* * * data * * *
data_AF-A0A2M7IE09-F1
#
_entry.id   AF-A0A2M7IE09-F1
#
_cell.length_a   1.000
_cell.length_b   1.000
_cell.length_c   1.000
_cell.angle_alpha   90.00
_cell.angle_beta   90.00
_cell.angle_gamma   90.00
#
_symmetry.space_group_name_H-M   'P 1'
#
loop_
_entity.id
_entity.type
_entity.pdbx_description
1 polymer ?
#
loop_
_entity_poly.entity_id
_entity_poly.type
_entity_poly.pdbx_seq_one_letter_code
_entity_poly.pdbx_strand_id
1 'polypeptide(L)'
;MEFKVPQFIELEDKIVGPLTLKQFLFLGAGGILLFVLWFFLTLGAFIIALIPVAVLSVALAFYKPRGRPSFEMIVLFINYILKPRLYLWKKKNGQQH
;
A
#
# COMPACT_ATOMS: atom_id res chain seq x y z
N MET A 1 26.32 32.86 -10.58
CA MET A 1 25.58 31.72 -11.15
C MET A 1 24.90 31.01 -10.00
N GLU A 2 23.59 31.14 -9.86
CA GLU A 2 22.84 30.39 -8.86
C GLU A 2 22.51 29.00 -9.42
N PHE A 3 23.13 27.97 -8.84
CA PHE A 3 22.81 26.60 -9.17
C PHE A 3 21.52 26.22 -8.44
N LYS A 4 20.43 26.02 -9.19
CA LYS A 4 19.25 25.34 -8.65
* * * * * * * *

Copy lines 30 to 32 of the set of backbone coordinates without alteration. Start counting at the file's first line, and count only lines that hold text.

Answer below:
# COMPACT_ATOMS: atom_id res chain seq x y z
N MET A 1 26.32 32.86 -10.58
CA MET A 1 25.58 31.72 -11.15